The black bears in Texas are 200-400 pounds and are around five to six feet tall standing. Black bears are the only kind of bears you will find in Texas. If you compared a 6-foot man to other bears standing up on their hind legs here is how it would compare:
- Adult male human: 6 feet
- Black Bear: 6 feet
- Brown Bear (Grizzly): 7 feet
- Brown Bear (Kodiak): 8 feet
- Polar Bear: 9 feet
Why are there so few bears in Texas?
Bears in Texas were nearly extinct due to unregulated hunting and habitat loss due to the logging and agricultural industries. Today they’re mostly found in protected areas.
How did bears come back to Texas?
It is a remarkable story of how the black bears virtually disappeared from the state and then returned, on their own. Some states like Arkansas established programs to reintroduce black bears back into their state once they had become near-extinct at the state level. The Arkansas Game and Fish Commission relocated 250 bears from Minnesota and Manitoba to several national park areas. They estimated there were only 25 bears left in 1940 and now there are 2,200+ bears in the state. The bears have also moved on to establish populations in Missouri and Oklahoma.
In Texas, the number of bear sightings was next to nothing by the 1940s. Then sparse sightings were recorded over the next 40 years. By the 1980s more visitors to the Big Bend National Park started seeing mother bears and cubs. In 1996 there were 572 bear observations recorded and in 1999, 343 people reported seeing bears. Now, bear sightings are common in the park.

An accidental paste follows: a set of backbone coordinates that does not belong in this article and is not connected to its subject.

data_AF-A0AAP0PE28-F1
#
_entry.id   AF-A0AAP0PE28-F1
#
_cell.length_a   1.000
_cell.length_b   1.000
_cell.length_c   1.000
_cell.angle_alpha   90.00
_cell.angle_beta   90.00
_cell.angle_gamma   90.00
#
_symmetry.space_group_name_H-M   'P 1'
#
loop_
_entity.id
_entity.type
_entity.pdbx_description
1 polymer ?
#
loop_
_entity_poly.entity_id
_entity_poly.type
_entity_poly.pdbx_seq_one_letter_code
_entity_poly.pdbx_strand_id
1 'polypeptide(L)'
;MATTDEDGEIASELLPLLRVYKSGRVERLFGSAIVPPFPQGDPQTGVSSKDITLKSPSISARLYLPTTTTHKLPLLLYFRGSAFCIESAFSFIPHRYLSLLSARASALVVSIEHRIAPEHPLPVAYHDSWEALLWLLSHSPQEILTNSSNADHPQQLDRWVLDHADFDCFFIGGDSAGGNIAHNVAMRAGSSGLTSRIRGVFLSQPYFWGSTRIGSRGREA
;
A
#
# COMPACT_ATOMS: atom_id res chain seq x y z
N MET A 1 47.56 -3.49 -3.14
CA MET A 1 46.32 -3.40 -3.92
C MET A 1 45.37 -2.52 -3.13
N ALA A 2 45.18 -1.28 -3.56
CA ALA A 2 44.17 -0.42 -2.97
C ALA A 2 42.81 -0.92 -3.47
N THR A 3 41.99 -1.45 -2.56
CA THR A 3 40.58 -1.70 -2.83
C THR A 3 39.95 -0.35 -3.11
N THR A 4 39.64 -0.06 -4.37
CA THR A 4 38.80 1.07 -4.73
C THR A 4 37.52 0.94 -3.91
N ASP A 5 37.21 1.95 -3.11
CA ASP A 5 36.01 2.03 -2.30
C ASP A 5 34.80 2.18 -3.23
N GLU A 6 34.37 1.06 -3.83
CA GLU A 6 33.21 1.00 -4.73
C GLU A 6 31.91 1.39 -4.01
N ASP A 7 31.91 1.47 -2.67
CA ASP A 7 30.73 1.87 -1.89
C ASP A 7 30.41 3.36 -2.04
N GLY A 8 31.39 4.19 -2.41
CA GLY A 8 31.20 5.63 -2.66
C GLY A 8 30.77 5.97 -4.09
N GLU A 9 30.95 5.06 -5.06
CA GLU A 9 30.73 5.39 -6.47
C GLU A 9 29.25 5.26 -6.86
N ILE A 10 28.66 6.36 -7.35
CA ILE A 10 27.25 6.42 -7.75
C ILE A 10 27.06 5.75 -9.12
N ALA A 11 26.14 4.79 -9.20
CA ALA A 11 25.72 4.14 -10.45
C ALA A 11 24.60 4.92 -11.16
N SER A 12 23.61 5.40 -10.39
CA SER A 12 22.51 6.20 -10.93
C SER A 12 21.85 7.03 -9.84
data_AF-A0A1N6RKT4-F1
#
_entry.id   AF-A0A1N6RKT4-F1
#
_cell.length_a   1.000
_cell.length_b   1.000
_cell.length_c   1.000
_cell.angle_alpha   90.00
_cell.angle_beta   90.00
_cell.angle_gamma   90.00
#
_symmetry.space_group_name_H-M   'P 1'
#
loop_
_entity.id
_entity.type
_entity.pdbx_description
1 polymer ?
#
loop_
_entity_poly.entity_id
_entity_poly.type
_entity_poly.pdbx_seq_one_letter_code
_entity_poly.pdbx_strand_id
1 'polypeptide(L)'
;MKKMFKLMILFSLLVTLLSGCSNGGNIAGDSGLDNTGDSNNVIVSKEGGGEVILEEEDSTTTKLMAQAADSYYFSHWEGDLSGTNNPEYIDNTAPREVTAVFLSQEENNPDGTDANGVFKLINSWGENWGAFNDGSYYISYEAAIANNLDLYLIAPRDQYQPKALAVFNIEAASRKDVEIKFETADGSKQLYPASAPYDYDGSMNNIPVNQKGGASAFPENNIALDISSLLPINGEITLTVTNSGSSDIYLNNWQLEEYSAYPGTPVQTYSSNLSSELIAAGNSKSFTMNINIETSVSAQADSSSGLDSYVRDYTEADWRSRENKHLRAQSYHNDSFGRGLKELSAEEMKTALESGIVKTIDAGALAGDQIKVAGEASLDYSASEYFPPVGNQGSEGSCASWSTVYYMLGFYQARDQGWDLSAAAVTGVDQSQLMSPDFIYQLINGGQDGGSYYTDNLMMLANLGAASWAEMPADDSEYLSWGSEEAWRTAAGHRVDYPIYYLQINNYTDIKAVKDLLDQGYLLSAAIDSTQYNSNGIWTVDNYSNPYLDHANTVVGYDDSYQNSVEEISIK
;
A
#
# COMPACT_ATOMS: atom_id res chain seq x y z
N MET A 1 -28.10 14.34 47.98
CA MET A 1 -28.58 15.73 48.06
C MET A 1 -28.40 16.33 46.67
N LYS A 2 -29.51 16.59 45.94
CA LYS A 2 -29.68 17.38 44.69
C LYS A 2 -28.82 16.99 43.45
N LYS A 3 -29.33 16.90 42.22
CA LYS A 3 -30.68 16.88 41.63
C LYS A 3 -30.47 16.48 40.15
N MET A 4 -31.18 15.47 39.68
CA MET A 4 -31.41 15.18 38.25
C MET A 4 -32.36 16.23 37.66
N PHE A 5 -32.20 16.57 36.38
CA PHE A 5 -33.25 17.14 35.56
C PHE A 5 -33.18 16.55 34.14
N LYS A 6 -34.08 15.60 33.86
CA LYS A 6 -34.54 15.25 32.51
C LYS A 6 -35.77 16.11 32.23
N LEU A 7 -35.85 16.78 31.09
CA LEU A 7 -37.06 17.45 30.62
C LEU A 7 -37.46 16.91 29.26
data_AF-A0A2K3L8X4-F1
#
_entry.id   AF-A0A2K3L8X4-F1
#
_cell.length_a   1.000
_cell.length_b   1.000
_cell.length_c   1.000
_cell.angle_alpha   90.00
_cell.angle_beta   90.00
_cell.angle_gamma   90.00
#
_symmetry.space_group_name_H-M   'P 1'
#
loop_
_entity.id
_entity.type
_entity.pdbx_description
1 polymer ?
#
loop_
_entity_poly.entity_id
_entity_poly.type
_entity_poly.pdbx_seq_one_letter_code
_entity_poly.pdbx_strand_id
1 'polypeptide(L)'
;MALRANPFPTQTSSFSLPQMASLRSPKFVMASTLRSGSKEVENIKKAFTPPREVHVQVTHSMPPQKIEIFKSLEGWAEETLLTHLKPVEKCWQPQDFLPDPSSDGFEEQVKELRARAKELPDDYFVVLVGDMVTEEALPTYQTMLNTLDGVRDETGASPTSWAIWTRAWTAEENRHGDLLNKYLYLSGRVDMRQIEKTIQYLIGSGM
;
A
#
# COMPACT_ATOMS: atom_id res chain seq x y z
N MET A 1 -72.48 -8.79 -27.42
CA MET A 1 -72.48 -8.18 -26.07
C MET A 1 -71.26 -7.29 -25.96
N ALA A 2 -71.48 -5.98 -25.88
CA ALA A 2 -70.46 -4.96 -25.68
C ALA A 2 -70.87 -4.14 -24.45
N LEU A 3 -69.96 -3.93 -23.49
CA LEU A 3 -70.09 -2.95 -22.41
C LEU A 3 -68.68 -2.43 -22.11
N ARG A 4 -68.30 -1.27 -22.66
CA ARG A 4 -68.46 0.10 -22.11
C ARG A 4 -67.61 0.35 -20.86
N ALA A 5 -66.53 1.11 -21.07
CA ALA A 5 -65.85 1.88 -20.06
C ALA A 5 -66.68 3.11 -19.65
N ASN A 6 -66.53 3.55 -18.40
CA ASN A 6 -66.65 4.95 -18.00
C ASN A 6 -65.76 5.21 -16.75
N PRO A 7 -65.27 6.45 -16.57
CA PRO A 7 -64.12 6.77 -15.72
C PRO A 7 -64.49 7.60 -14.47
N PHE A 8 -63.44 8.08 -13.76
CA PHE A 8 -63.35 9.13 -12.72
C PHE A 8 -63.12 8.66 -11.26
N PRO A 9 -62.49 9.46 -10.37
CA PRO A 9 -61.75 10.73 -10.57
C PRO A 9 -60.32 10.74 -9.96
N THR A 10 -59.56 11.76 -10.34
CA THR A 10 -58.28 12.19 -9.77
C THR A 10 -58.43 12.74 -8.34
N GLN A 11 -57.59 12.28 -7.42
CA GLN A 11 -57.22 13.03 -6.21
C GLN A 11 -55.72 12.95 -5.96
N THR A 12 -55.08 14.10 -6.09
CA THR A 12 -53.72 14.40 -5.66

What should you do if you see a bear in Texas?
If you see a bear in Texas you should remain calm and slowly back away. According to the Texas Parks & Wildlife they warn “NEVER APPROACH A BEAR!”
Bears typically will keep to themselves and not be aggressive, but they can be dangerous. Do not make any sudden moves and do not run. Do not climb a tree because the bear can follow you. If a bear makes a move toward you raise your arms to make yourself look big and yell at it. If it continues to come toward you fight back with anything nearby, sticks, rocks whatever you can find. Do not play dead. Bear attacks are extremely rare and fatalities from bears are even rarer. Keeping your distance from them is the best course of action.
Should you report a beat sighting in Texas?
Yes. Texas Parks and Wildlife are trying to track all of the bears in the state so it is very helpful if you report each bear sighting. They ask that you call 1-800-792-1112 to report any bear sightings.
What can you do to keep bears away from your home?
Bears can visit your backyard or garage and have been seen in residential areas. You can keep bears away by keeping all food sources away from your home. This includes keeping your garbage in a sealed container, not leaving out any pet food, and taking down bird feeders during the bear mating season. Never feed a bear, if bears rely on humans they can be desensitized and become a threat to humans.
The photo featured at the top of this post is © Derek R. Audette/Shutterstock.com